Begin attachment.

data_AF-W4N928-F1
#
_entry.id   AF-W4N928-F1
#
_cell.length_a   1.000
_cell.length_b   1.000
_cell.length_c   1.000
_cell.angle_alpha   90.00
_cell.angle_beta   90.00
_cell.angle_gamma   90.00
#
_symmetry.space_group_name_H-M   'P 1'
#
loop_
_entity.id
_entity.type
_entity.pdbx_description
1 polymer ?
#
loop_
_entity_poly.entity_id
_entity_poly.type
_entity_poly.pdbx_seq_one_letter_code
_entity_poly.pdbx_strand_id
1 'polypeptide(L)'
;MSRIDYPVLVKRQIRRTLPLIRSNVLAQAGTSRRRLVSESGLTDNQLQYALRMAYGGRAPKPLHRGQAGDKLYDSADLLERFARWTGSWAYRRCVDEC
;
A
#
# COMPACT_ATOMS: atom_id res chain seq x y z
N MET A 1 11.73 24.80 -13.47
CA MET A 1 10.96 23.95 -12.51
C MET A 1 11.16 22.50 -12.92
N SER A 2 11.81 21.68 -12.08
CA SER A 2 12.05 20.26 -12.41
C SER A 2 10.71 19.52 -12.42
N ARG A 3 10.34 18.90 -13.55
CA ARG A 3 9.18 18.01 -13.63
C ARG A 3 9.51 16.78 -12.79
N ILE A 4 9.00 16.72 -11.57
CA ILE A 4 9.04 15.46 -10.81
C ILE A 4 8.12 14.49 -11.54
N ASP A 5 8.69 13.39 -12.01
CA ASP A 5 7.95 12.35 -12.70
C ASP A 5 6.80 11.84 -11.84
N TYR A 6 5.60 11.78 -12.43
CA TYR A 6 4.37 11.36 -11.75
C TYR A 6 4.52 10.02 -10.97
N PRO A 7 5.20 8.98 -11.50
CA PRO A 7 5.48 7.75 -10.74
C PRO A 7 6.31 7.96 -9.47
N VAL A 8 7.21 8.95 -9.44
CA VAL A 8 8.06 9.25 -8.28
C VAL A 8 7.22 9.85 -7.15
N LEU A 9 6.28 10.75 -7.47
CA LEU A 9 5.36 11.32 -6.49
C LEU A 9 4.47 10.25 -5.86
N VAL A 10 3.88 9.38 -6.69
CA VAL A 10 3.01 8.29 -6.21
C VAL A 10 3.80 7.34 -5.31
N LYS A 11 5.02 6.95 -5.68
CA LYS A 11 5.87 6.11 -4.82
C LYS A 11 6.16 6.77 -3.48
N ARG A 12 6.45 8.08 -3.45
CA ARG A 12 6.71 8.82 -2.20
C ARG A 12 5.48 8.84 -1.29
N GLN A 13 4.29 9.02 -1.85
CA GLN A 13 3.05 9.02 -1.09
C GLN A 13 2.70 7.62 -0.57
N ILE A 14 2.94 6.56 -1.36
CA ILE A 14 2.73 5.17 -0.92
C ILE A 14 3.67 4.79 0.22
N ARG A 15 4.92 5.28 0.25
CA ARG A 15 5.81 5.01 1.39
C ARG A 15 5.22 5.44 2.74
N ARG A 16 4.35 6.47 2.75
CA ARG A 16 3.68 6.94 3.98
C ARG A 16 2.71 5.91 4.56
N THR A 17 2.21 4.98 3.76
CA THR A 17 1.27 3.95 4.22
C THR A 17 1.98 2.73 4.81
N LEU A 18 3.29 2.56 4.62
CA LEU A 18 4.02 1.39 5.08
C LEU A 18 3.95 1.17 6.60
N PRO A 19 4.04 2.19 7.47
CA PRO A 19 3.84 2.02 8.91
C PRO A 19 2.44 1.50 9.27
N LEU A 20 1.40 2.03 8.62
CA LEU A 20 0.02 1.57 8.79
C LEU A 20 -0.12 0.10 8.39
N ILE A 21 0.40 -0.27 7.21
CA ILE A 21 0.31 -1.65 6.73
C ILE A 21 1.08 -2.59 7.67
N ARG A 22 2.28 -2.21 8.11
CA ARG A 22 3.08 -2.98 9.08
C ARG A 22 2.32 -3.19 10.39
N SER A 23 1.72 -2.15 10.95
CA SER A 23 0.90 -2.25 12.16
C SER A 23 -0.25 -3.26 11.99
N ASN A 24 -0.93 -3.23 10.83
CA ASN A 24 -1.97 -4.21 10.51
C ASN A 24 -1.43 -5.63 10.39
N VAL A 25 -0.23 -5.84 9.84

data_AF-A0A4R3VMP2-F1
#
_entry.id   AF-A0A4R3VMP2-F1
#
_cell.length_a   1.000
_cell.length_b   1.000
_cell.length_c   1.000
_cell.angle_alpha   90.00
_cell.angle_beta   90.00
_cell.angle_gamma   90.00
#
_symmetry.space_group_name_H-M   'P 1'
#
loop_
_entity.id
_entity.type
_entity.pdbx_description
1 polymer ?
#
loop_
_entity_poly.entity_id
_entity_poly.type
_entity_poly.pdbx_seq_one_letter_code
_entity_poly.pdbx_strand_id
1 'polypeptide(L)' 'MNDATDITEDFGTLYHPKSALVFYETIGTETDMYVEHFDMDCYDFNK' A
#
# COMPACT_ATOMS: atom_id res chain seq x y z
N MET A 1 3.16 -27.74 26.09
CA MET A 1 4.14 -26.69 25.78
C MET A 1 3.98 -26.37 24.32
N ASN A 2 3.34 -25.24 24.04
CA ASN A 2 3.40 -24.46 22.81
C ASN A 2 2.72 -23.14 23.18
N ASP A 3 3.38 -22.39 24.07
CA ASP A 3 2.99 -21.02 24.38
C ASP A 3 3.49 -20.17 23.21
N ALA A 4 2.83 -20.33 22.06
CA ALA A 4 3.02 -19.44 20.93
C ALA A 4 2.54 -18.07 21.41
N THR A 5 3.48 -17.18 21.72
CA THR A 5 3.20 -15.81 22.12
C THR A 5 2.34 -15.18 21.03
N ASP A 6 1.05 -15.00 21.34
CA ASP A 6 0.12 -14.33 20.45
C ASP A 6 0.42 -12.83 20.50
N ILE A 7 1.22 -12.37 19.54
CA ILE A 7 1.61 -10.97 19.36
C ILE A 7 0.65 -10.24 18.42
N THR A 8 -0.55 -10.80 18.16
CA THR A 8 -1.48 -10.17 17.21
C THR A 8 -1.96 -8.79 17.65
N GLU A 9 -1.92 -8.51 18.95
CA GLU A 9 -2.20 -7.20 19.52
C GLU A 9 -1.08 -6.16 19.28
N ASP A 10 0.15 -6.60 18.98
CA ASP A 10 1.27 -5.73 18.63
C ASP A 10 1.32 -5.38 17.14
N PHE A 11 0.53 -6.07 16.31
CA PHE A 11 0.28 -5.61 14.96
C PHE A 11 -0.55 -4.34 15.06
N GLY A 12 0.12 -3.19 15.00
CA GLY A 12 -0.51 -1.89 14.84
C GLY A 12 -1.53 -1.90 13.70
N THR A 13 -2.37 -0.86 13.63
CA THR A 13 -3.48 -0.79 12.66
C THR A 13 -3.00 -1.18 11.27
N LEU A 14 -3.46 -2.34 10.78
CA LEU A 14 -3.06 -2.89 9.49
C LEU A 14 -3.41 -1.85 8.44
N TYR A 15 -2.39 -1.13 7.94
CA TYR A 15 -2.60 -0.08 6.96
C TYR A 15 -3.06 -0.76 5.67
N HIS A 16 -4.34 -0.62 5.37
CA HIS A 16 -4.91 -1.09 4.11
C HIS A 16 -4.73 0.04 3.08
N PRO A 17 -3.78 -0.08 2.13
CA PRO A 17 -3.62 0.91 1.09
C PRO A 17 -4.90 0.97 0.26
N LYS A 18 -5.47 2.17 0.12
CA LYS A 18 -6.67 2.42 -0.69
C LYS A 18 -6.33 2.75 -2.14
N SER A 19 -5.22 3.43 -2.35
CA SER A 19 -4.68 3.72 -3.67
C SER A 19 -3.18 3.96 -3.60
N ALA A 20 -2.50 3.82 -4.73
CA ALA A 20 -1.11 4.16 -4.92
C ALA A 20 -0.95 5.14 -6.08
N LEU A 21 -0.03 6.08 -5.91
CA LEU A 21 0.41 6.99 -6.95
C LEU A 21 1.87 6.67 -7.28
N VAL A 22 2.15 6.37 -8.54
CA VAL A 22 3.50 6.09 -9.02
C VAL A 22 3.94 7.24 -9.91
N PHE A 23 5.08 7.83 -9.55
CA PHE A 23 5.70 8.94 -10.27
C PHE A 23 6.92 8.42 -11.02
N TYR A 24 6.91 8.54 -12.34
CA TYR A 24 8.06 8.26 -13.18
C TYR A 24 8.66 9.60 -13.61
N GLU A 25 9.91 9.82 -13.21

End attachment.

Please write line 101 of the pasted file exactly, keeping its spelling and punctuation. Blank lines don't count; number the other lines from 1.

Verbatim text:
CA ASN A 24 -1.97 -4.21 10.51